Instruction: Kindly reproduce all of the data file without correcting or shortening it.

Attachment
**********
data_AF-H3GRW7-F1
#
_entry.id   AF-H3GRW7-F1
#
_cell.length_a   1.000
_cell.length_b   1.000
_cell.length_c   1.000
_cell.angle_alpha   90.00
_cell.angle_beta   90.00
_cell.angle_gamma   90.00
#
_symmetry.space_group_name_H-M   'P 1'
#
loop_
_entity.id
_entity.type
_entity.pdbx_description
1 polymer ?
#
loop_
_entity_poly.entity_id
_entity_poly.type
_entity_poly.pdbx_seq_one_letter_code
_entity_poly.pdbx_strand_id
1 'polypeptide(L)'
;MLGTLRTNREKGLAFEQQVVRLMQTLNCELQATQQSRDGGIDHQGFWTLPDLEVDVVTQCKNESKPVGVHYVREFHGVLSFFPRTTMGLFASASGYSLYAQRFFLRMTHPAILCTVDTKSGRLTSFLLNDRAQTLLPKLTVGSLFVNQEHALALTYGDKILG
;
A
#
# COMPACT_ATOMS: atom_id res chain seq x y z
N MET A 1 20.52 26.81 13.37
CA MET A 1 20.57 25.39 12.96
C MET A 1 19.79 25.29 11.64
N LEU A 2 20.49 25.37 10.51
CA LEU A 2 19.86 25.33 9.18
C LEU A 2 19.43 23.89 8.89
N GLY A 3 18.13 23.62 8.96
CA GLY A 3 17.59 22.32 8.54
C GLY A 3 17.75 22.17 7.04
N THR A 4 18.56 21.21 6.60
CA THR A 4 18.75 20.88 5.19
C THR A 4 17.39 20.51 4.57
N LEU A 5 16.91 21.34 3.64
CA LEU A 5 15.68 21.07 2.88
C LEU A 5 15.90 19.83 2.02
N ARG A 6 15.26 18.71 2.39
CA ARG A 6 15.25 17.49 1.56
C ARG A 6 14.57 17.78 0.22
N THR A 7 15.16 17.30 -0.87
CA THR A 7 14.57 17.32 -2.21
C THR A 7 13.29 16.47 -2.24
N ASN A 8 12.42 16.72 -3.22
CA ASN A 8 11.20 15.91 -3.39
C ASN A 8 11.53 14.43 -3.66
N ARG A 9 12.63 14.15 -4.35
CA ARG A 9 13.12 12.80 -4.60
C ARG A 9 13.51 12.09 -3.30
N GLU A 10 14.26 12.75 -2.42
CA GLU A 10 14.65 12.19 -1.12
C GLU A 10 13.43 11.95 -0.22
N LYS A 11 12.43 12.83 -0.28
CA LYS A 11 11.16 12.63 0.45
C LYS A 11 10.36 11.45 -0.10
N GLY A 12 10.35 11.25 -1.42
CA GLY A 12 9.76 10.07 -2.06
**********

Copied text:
data_AF-H3GRW7-F1
#
_entry.id   AF-H3GRW7-F1
#
_cell.length_a   1.000
_cell.length_b   1.000
_cell.length_c   1.000
_cell.angle_alpha   90.00
_cell.angle_beta   90.00
_cell.angle_gamma   90.00
#
_symmetry.space_group_name_H-M   'P 1'
#
loop_
_entity.id
_entity.type
_entity.pdbx_description
1 polymer ?
#
loop_
_entity_poly.entity_id
_entity_poly.type
_entity_poly.pdbx_seq_one_letter_code
_entity_poly.pdbx_strand_id
1 'polypeptide(L)'
;MLGTLRTNREKGLAFEQQVVRLMQTLNCELQATQQSRDGGIDHQGFWTLPDLEVDVVTQCKNESKPVGVHYVREFHGVLSFFPRTTMGLFASASGYSLYAQRFFLRMTHPAILCTVDTKSGRLTSFLLNDRAQTLLPKLTVGSLFVNQEHALALTYGDKILG
;
A
#
# COMPACT_ATOMS: atom_id res chain seq x y z
N MET A 1 20.52 26.81 13.37
CA MET A 1 20.57 25.39 12.96
C MET A 1 19.79 25.29 11.64
N LEU A 2 20.49 25.37 10.51
CA LEU A 2 19.86 25.33 9.18
C LEU A 2 19.43 23.89 8.89
N GLY A 3 18.13 23.62 8.96
CA GLY A 3 17.59 22.32 8.54
C GLY A 3 17.75 22.17 7.04
N THR A 4 18.56 21.21 6.60
CA THR A 4 18.75 20.88 5.19
C THR A 4 17.39 20.51 4.57
N LEU A 5 16.91 21.34 3.64
CA LEU A 5 15.68 21.07 2.88
C LEU A 5 15.90 19.83 2.02
N ARG A 6 15.26 18.71 2.39
CA ARG A 6 15.25 17.49 1.56
C ARG A 6 14.57 17.78 0.22
N THR A 7 15.16 17.30 -0.87
CA THR A 7 14.57 17.32 -2.21
C THR A 7 13.29 16.47 -2.24
N ASN A 8 12.42 16.72 -3.22
CA ASN A 8 11.20 15.91 -3.39
C ASN A 8 11.53 14.43 -3.66
N ARG A 9 12.63 14.15 -4.35
CA ARG A 9 13.12 12.80 -4.60
C ARG A 9 13.51 12.09 -3.30
N GLU A 10 14.26 12.75 -2.42
CA GLU A 10 14.65 12.19 -1.12
C GLU A 10 13.43 11.95 -0.22
N LYS A 11 12.43 12.83 -0.28
CA LYS A 11 11.16 12.63 0.45
C LYS A 11 10.36 11.45 -0.10
N GLY A 12 10.35 11.25 -1.42
CA GLY A 12 9.76 10.07 -2.06